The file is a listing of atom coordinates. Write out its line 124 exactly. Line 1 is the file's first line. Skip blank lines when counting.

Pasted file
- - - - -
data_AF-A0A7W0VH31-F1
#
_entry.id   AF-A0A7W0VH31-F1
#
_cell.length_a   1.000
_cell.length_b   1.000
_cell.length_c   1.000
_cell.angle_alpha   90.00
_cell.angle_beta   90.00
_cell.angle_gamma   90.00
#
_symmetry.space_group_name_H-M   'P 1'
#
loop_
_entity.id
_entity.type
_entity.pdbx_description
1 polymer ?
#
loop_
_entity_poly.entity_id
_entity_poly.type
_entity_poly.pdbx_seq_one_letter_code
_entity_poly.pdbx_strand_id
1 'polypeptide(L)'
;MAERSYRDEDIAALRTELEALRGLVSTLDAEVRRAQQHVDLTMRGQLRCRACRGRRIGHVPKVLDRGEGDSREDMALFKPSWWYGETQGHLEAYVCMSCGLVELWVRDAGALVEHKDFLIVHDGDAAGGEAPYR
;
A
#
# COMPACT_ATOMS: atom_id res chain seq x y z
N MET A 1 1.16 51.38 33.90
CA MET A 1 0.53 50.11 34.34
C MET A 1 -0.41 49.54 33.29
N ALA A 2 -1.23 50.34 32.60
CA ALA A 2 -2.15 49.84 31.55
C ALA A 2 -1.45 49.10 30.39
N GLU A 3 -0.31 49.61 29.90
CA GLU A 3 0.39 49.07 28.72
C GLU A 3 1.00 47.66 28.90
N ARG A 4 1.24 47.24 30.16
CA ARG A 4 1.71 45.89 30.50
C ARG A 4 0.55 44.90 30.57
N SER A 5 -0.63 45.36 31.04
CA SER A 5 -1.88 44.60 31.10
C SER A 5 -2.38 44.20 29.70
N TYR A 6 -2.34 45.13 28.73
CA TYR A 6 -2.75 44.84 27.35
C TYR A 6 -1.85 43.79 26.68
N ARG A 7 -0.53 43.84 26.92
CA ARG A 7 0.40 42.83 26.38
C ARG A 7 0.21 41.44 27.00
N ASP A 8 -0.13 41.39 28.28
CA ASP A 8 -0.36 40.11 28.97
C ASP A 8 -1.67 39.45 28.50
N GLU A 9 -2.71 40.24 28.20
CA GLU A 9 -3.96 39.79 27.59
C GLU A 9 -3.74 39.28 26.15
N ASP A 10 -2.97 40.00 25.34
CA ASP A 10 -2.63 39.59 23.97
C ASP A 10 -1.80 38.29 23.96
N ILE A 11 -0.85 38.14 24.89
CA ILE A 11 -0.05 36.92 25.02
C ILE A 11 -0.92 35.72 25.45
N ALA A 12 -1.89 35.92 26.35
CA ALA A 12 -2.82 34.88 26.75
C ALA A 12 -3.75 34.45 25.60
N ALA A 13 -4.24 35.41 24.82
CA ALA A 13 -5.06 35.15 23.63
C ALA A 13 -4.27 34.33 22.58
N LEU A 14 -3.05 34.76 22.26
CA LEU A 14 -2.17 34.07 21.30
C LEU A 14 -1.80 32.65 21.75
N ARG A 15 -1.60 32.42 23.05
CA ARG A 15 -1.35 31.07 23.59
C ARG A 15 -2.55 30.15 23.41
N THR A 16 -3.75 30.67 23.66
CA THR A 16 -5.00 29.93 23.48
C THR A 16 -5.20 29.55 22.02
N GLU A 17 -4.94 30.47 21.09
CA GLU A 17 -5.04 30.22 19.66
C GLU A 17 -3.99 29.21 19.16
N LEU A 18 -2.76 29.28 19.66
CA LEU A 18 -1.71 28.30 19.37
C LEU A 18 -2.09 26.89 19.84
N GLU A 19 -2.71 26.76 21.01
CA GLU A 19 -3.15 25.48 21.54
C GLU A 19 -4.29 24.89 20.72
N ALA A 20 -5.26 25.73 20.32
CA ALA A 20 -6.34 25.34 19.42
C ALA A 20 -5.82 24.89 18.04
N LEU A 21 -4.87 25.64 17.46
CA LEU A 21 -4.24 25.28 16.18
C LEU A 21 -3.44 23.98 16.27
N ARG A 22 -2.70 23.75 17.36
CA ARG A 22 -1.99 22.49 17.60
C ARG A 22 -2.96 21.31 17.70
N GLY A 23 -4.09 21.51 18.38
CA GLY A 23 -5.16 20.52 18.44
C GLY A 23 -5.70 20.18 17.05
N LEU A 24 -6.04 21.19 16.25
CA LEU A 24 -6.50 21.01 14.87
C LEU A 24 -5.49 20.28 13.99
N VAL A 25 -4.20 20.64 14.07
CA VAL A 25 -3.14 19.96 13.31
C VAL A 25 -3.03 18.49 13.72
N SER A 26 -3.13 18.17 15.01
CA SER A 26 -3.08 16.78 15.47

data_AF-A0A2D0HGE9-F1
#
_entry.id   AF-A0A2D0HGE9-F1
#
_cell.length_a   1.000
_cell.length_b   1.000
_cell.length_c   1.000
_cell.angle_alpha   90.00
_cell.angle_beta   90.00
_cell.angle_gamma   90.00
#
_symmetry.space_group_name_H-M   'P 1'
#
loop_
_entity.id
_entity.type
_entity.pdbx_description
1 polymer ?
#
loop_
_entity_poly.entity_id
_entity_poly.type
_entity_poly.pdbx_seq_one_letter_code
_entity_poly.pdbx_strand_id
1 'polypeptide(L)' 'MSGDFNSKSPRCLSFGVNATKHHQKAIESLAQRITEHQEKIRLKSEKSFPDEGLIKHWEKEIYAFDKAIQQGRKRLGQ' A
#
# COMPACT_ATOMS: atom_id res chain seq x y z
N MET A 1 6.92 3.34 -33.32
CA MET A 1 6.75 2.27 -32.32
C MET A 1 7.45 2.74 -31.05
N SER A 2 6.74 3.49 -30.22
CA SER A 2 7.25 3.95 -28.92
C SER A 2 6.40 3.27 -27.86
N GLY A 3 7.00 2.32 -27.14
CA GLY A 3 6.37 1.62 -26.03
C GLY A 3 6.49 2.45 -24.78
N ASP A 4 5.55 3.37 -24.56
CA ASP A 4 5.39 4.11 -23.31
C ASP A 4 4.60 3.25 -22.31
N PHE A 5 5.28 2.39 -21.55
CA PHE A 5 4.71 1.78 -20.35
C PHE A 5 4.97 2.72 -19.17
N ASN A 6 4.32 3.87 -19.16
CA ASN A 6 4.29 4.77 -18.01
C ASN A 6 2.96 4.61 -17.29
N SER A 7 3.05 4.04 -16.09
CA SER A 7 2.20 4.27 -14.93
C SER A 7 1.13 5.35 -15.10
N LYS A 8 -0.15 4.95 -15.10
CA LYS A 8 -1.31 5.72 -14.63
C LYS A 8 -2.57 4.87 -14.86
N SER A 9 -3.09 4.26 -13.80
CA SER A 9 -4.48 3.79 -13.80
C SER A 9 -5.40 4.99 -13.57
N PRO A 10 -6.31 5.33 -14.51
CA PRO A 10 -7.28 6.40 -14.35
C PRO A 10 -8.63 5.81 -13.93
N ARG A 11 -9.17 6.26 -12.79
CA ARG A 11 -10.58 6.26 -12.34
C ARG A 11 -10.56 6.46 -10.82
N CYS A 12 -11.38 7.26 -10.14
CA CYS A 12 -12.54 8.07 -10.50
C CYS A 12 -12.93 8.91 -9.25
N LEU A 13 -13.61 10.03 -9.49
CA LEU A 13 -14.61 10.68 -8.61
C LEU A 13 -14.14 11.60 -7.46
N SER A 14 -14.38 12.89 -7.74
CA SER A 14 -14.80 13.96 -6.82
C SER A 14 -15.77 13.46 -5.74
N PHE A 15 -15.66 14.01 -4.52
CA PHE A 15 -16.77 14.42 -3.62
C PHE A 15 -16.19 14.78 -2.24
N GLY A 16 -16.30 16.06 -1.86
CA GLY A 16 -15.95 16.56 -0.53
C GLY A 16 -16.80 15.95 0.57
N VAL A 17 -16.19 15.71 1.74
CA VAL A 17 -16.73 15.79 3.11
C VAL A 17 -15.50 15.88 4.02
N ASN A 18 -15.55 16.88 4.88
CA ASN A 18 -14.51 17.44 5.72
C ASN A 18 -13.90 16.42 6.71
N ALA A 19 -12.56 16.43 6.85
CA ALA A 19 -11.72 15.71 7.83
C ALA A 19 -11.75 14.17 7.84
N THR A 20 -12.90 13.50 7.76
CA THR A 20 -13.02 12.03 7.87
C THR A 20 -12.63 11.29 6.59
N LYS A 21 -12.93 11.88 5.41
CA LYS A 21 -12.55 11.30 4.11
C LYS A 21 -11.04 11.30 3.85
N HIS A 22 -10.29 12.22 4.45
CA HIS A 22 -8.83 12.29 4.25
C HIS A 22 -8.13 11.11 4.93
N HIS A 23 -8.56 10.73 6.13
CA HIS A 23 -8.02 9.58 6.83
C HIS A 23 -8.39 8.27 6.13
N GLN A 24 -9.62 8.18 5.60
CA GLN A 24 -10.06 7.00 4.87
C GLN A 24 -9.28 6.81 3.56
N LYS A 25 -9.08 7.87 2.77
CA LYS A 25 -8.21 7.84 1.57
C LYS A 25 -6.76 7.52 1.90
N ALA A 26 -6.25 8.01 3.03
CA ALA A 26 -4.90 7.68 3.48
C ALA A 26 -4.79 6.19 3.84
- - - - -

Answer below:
_entity.pdbx_description